Sara’s Gelato Brings a Taste of Italy to Fish Creek

Ice cream lovers rejoice. Fish Creek is now home to three variations of the frozen, creamy dessert. If you want custard, head to Not Licked Yet. Hard-scooped ice cream? Dippy’s has you covered. Gelato? Enter Sara’s Artisan Gelato. 

It didn’t take Sara Santaga long into her culinary career to realize two things. First, that she wanted to be her own boss and, second, she had a passion for gelato. 

“My grandfather is an immigrant from Italy, so I grew up very immersed in the Italian culture on my dad’s side,” Santaga said. 

When the family would travel to Italy, it always involved a stop — or two — for some local gelato.

“Each time I was more and more obsessed with the gelato,” she recalled. 

Around this same time, Santaga, who had recently graduated from culinary school, was trying to figure out her next career move, one that aligned her education with her entrepreneurial and culinary interests. 

“That’s when I came up with the idea of a gelato business,” she said. 

While working as a line cook at Whistling Swan in Fish Creek, she saved enough money to attend gelato school in Bologna, Italy for an entire month during the summer of 2017. 

“I fell in love with the process,” Santaga said. “The creativity, the familiar ties with the Italian culture, it just felt right.”

Upon returning from Italy, she formed the LLC for her business, Sara’s Artisan Gelato, and never looked back. She started with wholesale sales only in 2018 before opening her first brick-and-mortar shop in Green Bay, where she continues to make the gelato for both wholesale and retail. This past spring, she brought a taste of Italy to Fish Creek, opening a second location just below the restaurant she worked at while saving for her gelato training in Italy. 

When Sara Santaga was saving to go to gelato school in Italy, she worked at Whistling Swan, located just above the location of her Fish Creek gelato shop. 

When it comes to flavors, Santaga  strives to blend creativity with approachability. A glance through the gelato case reveals all the standard gelato classics one might expect to find, including pistachio, stracciatella, and chocolate. To keep things interesting, flavors vary from week to week — Bourbon brown butter pecan, toasted coconut, and S’mores are some of the unconventional, but decadent flavors one might encounter — anchored by the more traditional varieties.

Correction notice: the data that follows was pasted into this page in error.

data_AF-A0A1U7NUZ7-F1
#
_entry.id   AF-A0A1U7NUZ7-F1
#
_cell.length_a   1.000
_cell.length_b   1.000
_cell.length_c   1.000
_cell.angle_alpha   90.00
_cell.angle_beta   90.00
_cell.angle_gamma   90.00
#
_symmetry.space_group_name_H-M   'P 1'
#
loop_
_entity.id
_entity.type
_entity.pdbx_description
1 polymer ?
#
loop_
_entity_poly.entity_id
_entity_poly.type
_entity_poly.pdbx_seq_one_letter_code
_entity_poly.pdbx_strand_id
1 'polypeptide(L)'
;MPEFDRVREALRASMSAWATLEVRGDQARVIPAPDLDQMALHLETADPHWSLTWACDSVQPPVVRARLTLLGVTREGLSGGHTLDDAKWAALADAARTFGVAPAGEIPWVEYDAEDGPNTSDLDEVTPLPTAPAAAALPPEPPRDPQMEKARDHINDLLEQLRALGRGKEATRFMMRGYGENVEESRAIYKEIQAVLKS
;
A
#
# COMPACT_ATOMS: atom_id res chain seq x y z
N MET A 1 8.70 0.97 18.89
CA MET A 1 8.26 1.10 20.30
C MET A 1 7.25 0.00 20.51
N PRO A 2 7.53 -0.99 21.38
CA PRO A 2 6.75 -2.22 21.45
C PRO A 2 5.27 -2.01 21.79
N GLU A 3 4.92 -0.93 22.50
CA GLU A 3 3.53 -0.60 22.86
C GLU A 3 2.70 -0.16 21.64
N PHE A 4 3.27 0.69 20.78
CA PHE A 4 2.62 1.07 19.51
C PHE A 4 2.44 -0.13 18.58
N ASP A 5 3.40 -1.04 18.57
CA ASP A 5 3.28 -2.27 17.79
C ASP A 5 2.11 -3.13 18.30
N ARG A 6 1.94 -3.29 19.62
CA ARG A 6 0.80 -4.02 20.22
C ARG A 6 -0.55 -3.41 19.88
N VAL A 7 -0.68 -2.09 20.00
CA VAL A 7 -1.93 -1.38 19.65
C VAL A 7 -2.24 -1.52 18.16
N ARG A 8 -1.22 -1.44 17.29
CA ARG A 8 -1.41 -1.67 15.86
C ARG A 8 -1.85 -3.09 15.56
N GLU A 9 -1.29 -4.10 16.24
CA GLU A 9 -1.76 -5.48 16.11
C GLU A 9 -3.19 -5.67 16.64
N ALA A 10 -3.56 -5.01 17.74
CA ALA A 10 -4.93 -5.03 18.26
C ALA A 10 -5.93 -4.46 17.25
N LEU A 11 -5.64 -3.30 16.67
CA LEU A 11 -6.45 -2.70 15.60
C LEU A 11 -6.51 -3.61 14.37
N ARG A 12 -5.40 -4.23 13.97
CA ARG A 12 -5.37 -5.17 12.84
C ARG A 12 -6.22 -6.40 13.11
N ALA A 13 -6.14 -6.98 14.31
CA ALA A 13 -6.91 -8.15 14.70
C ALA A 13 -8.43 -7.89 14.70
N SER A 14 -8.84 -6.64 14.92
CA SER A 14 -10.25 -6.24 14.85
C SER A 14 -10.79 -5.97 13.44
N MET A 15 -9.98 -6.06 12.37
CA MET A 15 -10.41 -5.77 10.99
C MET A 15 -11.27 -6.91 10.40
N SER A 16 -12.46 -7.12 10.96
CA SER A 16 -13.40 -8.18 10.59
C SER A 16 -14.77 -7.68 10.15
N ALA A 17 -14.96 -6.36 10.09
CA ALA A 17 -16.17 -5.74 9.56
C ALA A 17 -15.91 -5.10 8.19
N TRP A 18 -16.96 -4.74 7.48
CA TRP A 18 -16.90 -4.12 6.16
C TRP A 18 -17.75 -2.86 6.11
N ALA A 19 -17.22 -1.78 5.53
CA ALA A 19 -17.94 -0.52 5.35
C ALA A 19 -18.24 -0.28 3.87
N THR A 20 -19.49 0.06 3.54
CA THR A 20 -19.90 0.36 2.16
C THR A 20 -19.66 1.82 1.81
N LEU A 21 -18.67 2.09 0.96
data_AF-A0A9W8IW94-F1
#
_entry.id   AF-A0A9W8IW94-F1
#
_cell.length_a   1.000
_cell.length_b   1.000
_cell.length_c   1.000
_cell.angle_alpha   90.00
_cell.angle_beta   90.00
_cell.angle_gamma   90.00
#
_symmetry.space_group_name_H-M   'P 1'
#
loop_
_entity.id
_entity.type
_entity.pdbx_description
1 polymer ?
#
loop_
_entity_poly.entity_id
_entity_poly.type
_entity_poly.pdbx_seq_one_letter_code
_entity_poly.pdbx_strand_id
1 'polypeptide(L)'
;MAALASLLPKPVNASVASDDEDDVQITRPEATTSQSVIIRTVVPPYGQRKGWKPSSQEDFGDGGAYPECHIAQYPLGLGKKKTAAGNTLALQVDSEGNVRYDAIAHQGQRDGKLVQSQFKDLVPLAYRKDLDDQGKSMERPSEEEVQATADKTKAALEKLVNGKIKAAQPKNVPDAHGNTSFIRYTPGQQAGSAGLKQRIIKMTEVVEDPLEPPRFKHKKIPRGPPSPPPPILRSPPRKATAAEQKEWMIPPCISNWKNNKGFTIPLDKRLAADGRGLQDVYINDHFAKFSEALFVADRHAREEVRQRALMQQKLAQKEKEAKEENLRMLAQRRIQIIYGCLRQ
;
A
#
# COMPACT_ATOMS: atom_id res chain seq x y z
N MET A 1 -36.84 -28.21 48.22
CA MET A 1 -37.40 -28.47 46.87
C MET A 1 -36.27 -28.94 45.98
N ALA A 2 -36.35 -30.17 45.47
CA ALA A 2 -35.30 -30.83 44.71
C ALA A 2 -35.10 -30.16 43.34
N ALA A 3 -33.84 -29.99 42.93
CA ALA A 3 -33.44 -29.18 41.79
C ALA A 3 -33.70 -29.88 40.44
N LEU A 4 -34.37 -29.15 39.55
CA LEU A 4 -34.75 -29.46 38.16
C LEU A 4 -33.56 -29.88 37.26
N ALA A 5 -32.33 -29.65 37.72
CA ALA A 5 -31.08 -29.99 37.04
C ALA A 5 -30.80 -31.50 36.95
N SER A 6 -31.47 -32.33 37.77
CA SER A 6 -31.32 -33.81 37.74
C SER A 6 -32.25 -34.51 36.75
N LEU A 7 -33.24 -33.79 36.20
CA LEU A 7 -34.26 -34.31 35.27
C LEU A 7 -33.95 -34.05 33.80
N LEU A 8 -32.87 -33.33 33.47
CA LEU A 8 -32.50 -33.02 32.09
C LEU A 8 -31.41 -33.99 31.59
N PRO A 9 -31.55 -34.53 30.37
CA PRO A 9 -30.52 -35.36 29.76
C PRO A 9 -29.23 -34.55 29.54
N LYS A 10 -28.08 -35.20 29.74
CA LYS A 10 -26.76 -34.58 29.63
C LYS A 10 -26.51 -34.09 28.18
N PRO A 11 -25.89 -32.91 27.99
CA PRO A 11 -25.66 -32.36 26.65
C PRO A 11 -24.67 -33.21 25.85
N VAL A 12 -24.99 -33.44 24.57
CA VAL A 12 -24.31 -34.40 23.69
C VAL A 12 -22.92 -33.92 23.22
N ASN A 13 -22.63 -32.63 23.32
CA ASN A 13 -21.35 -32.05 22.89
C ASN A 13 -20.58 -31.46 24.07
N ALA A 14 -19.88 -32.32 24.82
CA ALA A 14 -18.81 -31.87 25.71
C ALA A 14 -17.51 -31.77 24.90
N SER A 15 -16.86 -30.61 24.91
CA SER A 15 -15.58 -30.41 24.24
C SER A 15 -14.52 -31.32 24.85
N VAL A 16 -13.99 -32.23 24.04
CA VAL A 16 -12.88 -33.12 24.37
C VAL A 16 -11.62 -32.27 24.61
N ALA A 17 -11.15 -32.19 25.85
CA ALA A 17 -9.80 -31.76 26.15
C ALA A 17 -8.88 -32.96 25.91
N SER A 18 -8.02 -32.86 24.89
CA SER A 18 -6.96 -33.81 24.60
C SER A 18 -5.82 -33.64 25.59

“I try to make flavors that are approachable, not intimidating,” she said, adding that each new recipe is repeatedly tested and adjusted until it’s just right. “Over time, I created more flavors —some that are seasonal and some that are just for fun.”

At just 25 years old, Santaga has learned a lot about the business world in just a few short years. 

“I had a lot to learn [when I started] because I never went to school for business,” she said.

What she did know was that she believed in her product. For everything else, she leaned on those who had the experience and knowledge she lacked. 

“If I had really known what I was getting into, I’m not sure I would have had the guts to do it,” she said. “My advice is to have a solid business plan, have a few business mentors in your back pocket for advice and to not overthink it.”

Having exceeded her expectations for her inaugural season in Fish Creek, Santaga  said she can’t imagine having her second location anywhere else. 

“It is crazy how it has come full circle,” she said. “I was working in the kitchen just above what is now my gelato shop in Fish Creek.”

Fun Facts: Gelato vs. Ice Cream

– Air: Gelato has less air than ice cream, making it more dense and creamy

– Fat: Gelato uses more milk, but less cream, resulting in a finished product that has less fat than ice cream (that’s why ice cream has a harder texture).

– Serving temperature: Gelato is served at a warmer temperature which creates a creamier texture and allows tastebuds to experience more intense flavor.